Cell division is a process essential for life. There are two types of cell division: meiosis and mitosis. Meiosis is a type of cell division specific to germ cells, allowing the formation of fertilisation-competent sperm and eggs. Mitosis allows a single-celled fertilised egg to develop into a mature organism, and also allows tissues to be renewed. During each cell division, the cell must divide two copies of the genome equally between two daughter cells. Errors that occur during this process in oocytes can lead to spontaneous abortion and birth defects, whilst errors occurring in somatic cells can lead to genetic instability, a hallmark of cancer. It is therefore essential to understand how this fundamental process occurs.
The phase of cell division during which the chromosomes are physically separated is called anaphase. Although anaphase has been studied for more than a century, the mechanisms that underlie the poleward movement of chromosomes in mammals are still unclear. Several studies have suggested candidate proteins that may power their movement, but there were no conclusive results due to the technically challenging nature of this research. The main challenge is that one must efficiently inactivate the candidate protein(s) only at the onset of anaphase so as to avoid disrupting the previous phases of cell division, which could confound the results.
Methods to rapidly inactivate proteins targets have only recently become available. Here, we propose to use these techniques to study the mechanism(s) underlying poleward chromosome movement during anaphase in both meiosis (mouse oocytes) and mitosis (non-transformed mammalian somatic cells). In both cases, we will validate the results using a combination of loss-of-function and optogenetics tools, high-resolution live-cell microscopy, and laser microsurgery. This work will shed light on a fundamental biological process with obvious clinical implications for diseases such as cancer and reproductive disorders.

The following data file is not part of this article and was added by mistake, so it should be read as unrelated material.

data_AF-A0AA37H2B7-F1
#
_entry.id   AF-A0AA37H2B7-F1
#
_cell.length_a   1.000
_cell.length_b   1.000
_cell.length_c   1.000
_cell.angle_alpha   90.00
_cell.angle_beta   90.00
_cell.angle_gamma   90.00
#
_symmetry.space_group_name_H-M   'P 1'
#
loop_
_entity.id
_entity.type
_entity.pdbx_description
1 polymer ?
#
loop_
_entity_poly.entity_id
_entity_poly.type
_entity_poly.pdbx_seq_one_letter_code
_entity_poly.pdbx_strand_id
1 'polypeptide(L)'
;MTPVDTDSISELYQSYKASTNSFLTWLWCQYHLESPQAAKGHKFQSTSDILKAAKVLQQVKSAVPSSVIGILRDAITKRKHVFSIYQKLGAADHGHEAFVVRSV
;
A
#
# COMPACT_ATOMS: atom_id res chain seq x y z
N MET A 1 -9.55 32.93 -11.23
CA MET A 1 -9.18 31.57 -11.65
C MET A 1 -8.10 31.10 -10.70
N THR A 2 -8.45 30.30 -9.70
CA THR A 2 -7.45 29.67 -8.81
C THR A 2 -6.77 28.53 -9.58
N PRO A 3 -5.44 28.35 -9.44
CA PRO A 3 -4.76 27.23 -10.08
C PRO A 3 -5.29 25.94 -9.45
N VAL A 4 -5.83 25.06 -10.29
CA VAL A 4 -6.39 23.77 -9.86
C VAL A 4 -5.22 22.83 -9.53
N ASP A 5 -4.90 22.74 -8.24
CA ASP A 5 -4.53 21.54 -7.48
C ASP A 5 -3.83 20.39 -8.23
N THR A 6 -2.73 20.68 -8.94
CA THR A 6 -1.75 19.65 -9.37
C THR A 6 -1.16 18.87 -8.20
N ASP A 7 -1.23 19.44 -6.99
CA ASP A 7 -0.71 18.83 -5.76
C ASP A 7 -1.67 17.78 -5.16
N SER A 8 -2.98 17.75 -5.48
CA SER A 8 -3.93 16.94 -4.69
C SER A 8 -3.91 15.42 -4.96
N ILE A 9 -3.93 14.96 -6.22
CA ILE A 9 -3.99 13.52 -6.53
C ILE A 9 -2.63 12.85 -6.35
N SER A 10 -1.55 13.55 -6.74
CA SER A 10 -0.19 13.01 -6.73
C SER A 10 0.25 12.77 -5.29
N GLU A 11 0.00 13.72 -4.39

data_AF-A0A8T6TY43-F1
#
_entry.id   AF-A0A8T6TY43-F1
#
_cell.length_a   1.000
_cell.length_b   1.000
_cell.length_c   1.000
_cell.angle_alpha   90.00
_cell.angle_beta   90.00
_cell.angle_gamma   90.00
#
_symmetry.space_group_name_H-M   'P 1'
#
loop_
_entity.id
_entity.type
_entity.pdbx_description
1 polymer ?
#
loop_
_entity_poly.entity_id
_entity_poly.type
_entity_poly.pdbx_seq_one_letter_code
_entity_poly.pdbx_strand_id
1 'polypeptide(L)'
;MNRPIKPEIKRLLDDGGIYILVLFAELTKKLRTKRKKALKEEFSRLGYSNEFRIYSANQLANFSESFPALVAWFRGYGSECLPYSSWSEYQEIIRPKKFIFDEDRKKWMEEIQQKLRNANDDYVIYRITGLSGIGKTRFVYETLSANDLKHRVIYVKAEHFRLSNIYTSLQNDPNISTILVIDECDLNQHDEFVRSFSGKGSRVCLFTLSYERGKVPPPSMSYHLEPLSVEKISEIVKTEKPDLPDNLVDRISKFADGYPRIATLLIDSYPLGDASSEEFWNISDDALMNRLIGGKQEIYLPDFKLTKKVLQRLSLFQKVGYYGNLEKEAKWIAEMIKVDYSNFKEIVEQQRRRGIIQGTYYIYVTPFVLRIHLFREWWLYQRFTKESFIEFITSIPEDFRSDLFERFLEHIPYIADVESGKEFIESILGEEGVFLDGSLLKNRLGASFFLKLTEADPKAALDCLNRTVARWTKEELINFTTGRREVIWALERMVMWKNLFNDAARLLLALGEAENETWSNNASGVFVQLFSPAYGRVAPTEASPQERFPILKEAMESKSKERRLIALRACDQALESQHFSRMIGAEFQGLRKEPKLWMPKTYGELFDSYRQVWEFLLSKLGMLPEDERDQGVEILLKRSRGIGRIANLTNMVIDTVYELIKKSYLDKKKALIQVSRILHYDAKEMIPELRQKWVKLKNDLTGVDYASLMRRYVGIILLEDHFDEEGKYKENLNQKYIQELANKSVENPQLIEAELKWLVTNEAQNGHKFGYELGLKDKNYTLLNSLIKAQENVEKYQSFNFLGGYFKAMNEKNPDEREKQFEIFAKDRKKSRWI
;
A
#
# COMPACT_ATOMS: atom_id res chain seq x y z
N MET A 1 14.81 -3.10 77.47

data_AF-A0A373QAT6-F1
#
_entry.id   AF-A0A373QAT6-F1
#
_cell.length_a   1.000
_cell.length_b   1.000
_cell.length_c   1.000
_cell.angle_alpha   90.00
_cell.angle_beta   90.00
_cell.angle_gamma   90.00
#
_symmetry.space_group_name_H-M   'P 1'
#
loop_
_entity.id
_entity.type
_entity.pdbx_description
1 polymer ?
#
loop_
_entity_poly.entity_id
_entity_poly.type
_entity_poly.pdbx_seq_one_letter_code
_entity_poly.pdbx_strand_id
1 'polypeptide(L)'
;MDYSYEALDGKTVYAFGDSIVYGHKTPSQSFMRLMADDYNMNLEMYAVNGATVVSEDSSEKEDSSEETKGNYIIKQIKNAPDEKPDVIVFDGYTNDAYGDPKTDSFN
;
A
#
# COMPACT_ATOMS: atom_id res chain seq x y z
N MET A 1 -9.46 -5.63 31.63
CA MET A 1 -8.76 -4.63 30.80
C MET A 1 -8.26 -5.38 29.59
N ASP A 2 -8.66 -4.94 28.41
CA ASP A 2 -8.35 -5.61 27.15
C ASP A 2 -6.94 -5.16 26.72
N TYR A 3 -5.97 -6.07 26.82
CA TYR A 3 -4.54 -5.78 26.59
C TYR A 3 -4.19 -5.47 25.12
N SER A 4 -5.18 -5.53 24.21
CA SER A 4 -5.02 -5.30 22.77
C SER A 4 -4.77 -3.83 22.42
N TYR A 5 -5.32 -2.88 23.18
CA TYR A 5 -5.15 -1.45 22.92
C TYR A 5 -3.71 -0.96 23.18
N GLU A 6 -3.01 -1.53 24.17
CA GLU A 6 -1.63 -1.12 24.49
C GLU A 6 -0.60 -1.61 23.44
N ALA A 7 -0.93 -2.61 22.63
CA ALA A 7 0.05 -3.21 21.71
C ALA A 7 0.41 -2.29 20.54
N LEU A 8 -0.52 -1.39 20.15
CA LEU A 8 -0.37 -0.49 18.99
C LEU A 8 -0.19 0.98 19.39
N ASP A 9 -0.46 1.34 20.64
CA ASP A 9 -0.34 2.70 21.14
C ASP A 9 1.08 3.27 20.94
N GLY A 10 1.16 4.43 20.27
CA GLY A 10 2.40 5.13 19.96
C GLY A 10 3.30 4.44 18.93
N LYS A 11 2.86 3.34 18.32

Fields of science
- natural sciencesbiological sciencesgenetics and heredityheredity
- natural sciencesbiological sciencesbiochemistrybiomoleculesproteins
- natural sciencesbiological sciencesgenetics and hereditychromosome
- natural sciencesbiological scienceszoologymammalogy
- medical and health sciencesclinical medicinecancer
- social sciencessociologydemographyfertility
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